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Friday, August 20, 2010

Trust hard to win, easy to lose, the message for whoever wins the election

One of the Prime Minister's problems, given the circumstances in which she came to office, ALP woes at the state level in Queensland and NSW, and the fact that all politicians are starting from a low base, is said to be lack of public trust. According to Peter Hartcher in the Sydney Morning Herald, the PM has three strings to her bow in trying to deal with this issue, one of which involves listing her achievements as Education Minister including more transparency for school performance through the My School website.

It seems surprising that the Government hasn't been able or inclined to run up a broader list of achievements concerning honesty, integrity, openness, and accountability in government, with Senator Faulkner by the PM's side throughout. Maybe the judgment is that the record is not much to boast about, although in a couple of areas including modest proposals for change regarding  political donations, the Opposition is to blame for blocking legislation. That first term "high priority" Freedom of Information reform, is still months away from commencement, and perhaps publicly mentioning the Declaration of Open Government-no one has- issued by Finance Minister Tanner the day before the election was called might be be greeted with derision rather than acclaim.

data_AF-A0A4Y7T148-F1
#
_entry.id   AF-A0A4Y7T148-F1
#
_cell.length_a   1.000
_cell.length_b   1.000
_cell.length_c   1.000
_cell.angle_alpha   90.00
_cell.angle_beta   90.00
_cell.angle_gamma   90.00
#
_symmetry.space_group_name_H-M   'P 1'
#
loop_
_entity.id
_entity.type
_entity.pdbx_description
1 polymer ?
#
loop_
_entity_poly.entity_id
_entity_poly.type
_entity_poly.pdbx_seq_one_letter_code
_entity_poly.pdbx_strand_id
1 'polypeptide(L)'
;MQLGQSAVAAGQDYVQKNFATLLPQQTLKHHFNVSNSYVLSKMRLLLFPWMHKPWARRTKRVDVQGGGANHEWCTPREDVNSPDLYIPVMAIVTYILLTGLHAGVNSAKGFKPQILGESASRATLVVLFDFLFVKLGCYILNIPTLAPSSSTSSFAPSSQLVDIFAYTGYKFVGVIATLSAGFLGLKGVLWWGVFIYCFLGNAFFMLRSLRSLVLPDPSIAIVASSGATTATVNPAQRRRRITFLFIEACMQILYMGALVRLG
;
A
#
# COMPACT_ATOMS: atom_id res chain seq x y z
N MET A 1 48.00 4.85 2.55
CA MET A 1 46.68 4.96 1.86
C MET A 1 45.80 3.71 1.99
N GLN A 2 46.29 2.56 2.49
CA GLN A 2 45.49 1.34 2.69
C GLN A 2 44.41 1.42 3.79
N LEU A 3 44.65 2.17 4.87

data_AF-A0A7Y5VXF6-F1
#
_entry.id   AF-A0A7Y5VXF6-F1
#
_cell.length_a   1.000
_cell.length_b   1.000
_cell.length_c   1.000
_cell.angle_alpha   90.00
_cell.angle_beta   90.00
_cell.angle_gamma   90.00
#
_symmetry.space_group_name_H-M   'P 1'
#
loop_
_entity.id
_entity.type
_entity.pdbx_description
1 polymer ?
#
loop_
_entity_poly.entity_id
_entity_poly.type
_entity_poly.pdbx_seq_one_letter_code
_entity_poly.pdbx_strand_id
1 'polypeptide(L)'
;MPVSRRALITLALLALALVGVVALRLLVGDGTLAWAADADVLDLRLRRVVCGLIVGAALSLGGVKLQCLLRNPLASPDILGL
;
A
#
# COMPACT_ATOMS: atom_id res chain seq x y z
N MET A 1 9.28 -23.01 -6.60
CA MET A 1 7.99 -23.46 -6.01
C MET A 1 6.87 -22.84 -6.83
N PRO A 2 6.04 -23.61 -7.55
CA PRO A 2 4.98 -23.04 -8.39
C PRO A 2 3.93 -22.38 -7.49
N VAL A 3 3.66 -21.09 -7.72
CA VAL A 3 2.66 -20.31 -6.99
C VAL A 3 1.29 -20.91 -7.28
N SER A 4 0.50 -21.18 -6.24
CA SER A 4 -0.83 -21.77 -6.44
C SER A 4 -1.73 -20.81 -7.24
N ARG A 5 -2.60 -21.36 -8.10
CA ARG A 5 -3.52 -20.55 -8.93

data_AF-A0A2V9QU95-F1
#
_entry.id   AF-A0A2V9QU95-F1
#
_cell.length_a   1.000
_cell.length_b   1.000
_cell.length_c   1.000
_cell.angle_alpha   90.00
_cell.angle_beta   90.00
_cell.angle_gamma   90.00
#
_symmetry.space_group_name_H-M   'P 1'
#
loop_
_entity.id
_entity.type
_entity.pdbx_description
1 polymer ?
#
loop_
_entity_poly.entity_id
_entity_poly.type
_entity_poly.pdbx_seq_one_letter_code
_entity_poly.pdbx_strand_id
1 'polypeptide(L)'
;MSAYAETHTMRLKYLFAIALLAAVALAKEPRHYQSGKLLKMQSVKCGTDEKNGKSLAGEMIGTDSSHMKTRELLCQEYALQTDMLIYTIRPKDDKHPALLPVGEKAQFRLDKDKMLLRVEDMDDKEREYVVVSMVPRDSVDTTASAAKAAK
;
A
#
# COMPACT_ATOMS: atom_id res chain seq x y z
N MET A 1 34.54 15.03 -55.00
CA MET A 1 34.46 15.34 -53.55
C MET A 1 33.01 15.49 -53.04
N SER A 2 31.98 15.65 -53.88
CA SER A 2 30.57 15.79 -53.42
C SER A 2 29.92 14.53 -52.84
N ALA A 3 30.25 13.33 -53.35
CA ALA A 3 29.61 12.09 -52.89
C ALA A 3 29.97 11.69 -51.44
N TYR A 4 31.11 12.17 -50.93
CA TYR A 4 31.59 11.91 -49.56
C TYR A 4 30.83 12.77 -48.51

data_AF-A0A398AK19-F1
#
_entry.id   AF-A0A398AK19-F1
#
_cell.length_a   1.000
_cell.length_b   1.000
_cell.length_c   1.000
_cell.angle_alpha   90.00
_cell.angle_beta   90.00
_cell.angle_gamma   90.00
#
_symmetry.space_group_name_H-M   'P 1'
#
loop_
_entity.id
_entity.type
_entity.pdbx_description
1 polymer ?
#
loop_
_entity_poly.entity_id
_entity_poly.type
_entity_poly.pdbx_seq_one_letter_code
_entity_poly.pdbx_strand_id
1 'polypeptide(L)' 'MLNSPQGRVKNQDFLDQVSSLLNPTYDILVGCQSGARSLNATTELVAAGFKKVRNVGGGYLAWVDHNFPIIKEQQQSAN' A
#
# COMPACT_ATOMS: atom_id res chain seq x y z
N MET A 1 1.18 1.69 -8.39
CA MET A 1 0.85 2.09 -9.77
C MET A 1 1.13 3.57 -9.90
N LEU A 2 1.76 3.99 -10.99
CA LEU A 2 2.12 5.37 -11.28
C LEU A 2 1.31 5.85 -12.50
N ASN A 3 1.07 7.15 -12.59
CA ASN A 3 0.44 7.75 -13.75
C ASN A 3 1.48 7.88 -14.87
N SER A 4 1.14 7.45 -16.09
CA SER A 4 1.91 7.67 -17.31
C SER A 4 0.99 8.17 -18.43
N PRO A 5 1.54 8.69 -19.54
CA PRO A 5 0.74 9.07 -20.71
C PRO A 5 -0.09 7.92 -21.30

Politicians should know trust takes a long time to build but is quickly and easily lost. Deeds speak louder than words. The Opposition also has plenty of baggage in this area. In the broader context of law reform and rights still relevant to this issue, Richard Ackland suggests " the Greens seem more open to interesting possibilities than big, old, tired drones from the political machines."

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